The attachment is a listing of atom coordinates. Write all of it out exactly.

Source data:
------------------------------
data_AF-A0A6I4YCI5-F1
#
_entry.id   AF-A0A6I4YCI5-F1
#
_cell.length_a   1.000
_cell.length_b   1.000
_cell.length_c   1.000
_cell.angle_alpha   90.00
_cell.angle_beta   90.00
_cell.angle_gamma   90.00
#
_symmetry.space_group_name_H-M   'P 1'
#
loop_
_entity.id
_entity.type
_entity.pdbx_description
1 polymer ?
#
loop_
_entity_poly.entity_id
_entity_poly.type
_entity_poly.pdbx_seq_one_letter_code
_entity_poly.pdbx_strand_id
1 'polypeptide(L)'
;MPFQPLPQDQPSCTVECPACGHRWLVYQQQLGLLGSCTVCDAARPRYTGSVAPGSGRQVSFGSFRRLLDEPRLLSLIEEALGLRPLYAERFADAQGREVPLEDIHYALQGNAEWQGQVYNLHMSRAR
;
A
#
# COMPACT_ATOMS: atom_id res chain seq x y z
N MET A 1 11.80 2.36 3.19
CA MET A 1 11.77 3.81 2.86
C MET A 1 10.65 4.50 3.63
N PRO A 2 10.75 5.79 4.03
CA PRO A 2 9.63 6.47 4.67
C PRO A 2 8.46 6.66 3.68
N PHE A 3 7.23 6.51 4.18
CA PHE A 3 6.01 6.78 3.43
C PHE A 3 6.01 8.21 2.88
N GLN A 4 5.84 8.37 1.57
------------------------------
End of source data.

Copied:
data_AF-A0A6I4YCI5-F1
#
_entry.id   AF-A0A6I4YCI5-F1
#
_cell.length_a   1.000
_cell.length_b   1.000
_cell.length_c   1.000
_cell.angle_alpha   90.00
_cell.angle_beta   90.00
_cell.angle_gamma   90.00
#
_symmetry.space_group_name_H-M   'P 1'
#
loop_
_entity.id
_entity.type
_entity.pdbx_description
1 polymer ?
#
loop_
_entity_poly.entity_id
_entity_poly.type
_entity_poly.pdbx_seq_one_letter_code
_entity_poly.pdbx_strand_id
1 'polypeptide(L)'
;MPFQPLPQDQPSCTVECPACGHRWLVYQQQLGLLGSCTVCDAARPRYTGSVAPGSGRQVSFGSFRRLLDEPRLLSLIEEALGLRPLYAERFADAQGREVPLEDIHYALQGNAEWQGQVYNLHMSRAR
;
A
#
# COMPACT_ATOMS: atom_id res chain seq x y z
N MET A 1 11.80 2.36 3.19
CA MET A 1 11.77 3.81 2.86
C MET A 1 10.65 4.50 3.63
N PRO A 2 10.75 5.79 4.03
CA PRO A 2 9.63 6.47 4.67
C PRO A 2 8.46 6.66 3.68
N PHE A 3 7.23 6.51 4.18
CA PHE A 3 6.01 6.78 3.43
C PHE A 3 6.01 8.21 2.88
N GLN A 4 5.84 8.37 1.57